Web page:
Making sure that your content is accurate and useful
There is no point producing public legal education and information (PLE) unless it’s accurate, reliable and geared toward your target audience. Here are some tips about how to make sure the PLE you produce is accurate.
Work with legal reviewers
Giving information about the law can be tricky. Quite often figuring out the law means interpreting the law.
Make sure to include a legal expert on the project team – a lawyer, community legal worker or paralegal who has experience in the area of law you’re writing about.
If possible, it is very helpful if your legal expert or reviewer has practical, on-the-ground experience. That way, the expert can consider how laws and legal processes are applied in real-life situations. Academics who do not have direct experience with clients are usually not the best choice of writers for PLE aimed at giving practical advice.
Consider real-life situations
Ask your legal reviewers to consider how legal processes are applied in real-life situations. Make sure you explain to them who your audience is and the purpose of the information.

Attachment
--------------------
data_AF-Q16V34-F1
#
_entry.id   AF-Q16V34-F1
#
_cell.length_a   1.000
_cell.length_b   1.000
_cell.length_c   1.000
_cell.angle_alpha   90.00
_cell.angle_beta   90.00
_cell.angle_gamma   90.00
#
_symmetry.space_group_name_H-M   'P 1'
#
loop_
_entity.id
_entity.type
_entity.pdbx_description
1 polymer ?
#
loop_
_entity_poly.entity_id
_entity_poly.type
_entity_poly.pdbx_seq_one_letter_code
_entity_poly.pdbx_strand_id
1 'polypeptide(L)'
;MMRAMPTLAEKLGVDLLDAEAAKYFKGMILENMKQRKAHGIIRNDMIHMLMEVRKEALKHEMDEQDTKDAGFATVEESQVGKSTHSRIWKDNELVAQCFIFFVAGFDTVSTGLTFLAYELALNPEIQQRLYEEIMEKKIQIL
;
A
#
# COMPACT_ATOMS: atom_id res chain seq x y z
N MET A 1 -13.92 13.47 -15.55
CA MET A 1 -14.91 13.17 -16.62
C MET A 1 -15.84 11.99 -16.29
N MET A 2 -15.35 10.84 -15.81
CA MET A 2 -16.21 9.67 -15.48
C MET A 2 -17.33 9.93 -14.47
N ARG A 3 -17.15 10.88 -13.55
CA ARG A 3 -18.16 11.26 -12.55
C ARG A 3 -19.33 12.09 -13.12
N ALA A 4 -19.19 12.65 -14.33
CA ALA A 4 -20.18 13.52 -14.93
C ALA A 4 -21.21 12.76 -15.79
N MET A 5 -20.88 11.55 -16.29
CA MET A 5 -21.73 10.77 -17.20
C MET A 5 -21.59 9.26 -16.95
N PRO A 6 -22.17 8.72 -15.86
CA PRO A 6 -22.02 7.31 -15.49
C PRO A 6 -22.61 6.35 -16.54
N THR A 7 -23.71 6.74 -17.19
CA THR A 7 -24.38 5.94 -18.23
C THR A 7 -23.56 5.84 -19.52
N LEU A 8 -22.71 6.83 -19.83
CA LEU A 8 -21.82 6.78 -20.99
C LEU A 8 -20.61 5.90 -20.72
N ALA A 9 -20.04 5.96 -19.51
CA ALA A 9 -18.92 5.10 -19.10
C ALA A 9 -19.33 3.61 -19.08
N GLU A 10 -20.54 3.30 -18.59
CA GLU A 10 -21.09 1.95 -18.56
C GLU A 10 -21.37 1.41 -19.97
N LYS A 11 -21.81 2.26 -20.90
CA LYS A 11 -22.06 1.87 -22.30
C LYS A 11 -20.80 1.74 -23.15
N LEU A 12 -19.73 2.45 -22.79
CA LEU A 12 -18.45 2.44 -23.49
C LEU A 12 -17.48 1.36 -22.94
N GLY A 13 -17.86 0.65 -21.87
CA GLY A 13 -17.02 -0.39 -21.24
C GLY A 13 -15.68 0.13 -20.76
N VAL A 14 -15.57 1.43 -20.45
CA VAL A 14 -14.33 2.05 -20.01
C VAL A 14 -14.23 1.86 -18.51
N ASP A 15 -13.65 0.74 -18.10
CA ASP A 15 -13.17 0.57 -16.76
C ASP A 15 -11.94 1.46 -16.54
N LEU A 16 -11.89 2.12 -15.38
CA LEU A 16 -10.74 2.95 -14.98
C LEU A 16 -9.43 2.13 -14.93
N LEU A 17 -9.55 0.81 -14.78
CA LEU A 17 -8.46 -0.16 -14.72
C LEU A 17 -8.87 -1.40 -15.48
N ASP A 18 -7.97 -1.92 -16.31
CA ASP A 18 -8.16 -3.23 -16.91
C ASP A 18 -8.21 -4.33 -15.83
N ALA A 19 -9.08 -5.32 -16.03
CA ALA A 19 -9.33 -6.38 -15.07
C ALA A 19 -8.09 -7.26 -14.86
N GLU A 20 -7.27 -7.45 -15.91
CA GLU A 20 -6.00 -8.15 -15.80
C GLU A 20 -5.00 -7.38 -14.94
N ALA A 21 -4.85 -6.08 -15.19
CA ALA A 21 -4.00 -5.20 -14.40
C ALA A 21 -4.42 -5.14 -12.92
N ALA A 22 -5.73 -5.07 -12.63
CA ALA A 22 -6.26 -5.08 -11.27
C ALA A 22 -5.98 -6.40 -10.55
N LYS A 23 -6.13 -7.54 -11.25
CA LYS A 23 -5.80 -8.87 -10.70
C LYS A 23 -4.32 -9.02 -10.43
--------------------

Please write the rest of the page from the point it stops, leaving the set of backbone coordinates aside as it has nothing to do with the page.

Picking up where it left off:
Practical realities may differ depending on where someone lives in the province and the barriers they face. For example, filing documents with a court or tribunal can be very different for someone living in a rural or remote community than for someone in a large urban centre. Make sure to tell your reviewers if your information is meant for a variety of communities across Ontario.
Check all the facts
If you’re including phone numbers, website addresses, benefit rates, or other changeable information, it’s important to double and triple-check this. Make sure you’re getting your information from the original source if possible.
Do one last check
Make sure to check your legal and practical content very close to the end of the process, just before you publish. The law can change at any time and so can website addresses, phone numbers or office locations.
Make sure you state which province the information relates to
Many laws vary from province to province. If the information you’re producing only applies to Ontario, say so. If it applies to all of Canada, that’s also worth including.
Put a date on it
Your PLE materials should include the date on which the legal expert reviewed the materials for accuracy. As well, you may want to include the date that a law took effect, if you think your readers need to know that.
Add a disclaimer
It is always a good practice to add a disclaimer to PLE materials that tells users that the materials are intended as legal information and that they should seek legal advice from a lawyer if they have a serious legal problem.
You can also download a PDF version of this information, a checklist about the information, or the whole module.